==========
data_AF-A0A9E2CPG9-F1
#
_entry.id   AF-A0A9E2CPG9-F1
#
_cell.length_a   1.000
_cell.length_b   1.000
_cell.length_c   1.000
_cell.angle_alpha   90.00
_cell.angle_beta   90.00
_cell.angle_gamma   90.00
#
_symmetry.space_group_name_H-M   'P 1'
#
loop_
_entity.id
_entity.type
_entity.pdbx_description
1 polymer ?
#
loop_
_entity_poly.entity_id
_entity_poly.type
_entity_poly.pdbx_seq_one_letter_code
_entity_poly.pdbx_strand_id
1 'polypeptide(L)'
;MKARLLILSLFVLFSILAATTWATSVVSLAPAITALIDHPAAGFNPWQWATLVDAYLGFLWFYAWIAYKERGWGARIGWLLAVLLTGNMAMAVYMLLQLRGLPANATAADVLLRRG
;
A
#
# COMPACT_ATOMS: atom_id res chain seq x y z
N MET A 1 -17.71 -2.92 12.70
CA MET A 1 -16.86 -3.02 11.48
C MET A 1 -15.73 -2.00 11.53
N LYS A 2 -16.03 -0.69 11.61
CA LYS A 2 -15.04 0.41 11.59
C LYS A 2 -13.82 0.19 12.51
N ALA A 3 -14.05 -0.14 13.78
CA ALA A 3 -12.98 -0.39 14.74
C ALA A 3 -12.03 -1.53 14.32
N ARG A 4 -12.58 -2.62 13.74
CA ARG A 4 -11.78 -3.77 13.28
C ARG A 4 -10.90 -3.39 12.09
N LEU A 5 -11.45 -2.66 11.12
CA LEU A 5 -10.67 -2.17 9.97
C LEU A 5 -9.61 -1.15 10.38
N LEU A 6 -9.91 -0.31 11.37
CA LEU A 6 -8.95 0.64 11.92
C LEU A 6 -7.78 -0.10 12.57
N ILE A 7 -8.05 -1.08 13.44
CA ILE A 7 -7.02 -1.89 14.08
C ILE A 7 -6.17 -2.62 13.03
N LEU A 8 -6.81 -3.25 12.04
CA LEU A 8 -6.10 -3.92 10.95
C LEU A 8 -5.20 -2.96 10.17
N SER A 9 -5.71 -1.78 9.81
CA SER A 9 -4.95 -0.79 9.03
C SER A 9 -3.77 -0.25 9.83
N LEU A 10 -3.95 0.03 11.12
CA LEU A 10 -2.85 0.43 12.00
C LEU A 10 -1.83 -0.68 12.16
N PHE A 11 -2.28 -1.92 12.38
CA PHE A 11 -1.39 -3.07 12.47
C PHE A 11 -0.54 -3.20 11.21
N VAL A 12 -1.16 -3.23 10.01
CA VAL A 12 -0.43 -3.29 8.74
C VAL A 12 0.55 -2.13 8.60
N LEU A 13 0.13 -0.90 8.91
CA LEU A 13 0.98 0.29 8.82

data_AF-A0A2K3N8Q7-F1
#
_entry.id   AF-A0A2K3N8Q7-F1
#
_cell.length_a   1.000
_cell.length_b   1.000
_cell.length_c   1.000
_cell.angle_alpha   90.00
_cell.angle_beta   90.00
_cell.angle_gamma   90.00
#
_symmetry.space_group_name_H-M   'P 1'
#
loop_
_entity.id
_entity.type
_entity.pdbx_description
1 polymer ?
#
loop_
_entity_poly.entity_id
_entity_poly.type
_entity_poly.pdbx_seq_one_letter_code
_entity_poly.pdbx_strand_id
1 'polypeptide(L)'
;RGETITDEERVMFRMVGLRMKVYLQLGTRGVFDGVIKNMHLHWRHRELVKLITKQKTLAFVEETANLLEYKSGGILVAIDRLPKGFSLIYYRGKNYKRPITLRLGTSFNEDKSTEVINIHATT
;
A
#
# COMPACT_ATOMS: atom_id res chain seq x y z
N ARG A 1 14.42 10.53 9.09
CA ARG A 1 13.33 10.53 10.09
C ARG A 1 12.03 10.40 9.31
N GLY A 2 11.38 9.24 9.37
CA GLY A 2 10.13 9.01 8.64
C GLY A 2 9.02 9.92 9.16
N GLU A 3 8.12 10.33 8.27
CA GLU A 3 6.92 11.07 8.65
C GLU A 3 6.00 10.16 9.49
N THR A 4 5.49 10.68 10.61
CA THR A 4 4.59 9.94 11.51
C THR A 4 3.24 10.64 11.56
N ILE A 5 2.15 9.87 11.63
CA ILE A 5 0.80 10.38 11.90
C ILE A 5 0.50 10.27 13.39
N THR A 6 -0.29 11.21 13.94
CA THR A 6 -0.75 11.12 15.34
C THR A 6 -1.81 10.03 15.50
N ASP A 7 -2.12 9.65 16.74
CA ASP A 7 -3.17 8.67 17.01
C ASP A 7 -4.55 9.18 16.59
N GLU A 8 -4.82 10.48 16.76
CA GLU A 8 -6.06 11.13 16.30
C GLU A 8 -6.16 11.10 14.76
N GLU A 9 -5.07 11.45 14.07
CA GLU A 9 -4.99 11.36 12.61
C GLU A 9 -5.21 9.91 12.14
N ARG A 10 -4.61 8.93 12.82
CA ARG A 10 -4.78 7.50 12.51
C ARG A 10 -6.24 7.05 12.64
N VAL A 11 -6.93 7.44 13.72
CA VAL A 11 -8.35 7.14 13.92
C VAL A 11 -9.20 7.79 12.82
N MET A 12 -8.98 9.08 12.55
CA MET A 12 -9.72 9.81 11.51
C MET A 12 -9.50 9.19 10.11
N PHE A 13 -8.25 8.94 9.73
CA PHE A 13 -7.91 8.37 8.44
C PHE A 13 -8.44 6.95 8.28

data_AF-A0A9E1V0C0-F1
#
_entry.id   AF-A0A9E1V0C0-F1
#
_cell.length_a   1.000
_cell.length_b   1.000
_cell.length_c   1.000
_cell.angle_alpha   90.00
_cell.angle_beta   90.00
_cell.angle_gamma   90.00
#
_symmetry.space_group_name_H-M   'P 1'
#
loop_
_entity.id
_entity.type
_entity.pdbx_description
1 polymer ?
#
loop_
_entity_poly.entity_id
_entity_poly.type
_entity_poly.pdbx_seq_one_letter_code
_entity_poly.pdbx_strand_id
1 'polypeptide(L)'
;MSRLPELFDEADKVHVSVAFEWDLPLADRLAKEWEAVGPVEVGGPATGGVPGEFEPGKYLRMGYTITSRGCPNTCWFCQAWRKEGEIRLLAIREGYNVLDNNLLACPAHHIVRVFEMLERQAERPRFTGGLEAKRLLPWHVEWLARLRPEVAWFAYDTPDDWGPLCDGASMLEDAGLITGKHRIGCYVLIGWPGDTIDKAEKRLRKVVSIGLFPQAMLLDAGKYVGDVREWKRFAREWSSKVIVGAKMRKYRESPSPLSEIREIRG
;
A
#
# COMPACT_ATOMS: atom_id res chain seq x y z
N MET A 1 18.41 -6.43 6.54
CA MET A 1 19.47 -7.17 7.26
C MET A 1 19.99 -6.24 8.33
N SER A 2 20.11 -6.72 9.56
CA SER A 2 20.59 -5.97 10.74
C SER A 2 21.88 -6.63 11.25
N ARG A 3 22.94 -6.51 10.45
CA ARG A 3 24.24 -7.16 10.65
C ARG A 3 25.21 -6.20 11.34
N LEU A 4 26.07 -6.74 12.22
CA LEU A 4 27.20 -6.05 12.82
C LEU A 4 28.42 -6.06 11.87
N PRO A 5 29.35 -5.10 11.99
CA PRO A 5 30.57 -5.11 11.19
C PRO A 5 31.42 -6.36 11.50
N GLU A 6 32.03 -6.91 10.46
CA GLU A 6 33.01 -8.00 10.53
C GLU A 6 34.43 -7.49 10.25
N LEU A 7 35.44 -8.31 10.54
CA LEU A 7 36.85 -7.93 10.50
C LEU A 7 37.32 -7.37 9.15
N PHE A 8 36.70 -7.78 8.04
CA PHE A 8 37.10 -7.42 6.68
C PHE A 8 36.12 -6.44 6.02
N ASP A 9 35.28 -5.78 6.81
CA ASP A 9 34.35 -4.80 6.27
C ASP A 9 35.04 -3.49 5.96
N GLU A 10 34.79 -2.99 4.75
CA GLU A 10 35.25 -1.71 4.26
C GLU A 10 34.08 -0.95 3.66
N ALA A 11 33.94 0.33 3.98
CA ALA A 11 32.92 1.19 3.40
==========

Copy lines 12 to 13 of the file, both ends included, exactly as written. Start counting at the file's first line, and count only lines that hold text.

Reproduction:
_symmetry.space_group_name_H-M   'P 1'
#